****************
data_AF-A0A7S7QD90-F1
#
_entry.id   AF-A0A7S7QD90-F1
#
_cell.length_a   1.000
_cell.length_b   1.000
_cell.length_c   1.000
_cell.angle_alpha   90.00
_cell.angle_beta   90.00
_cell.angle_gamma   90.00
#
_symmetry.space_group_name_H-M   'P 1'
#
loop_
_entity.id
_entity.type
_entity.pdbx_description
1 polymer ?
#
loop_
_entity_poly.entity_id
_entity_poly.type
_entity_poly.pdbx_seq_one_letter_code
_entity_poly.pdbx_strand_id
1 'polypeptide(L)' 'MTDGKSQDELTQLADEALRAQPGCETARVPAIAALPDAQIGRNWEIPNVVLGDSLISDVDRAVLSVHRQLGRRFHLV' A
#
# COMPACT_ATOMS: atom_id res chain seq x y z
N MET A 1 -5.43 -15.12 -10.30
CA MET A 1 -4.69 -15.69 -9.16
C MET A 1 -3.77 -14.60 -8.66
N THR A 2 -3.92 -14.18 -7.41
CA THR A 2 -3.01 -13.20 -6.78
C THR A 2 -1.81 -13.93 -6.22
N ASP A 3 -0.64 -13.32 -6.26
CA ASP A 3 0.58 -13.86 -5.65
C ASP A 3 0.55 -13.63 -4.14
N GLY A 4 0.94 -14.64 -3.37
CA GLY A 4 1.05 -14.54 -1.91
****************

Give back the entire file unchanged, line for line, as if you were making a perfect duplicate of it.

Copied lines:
data_AF-A0A7S7QD90-F1
#
_entry.id   AF-A0A7S7QD90-F1
#
_cell.length_a   1.000
_cell.length_b   1.000
_cell.length_c   1.000
_cell.angle_alpha   90.00
_cell.angle_beta   90.00
_cell.angle_gamma   90.00
#
_symmetry.space_group_name_H-M   'P 1'
#
loop_
_entity.id
_entity.type
_entity.pdbx_description
1 polymer ?
#
loop_
_entity_poly.entity_id
_entity_poly.type
_entity_poly.pdbx_seq_one_letter_code
_entity_poly.pdbx_strand_id
1 'polypeptide(L)' 'MTDGKSQDELTQLADEALRAQPGCETARVPAIAALPDAQIGRNWEIPNVVLGDSLISDVDRAVLSVHRQLGRRFHLV' A
#
# COMPACT_ATOMS: atom_id res chain seq x y z
N MET A 1 -5.43 -15.12 -10.30
CA MET A 1 -4.69 -15.69 -9.16
C MET A 1 -3.77 -14.60 -8.66
N THR A 2 -3.92 -14.18 -7.41
CA THR A 2 -3.01 -13.20 -6.78
C THR A 2 -1.81 -13.93 -6.22
N ASP A 3 -0.64 -13.32 -6.26
CA ASP A 3 0.58 -13.86 -5.65
C ASP A 3 0.55 -13.63 -4.14
N GLY A 4 0.94 -14.64 -3.37
CA GLY A 4 1.05 -14.54 -1.91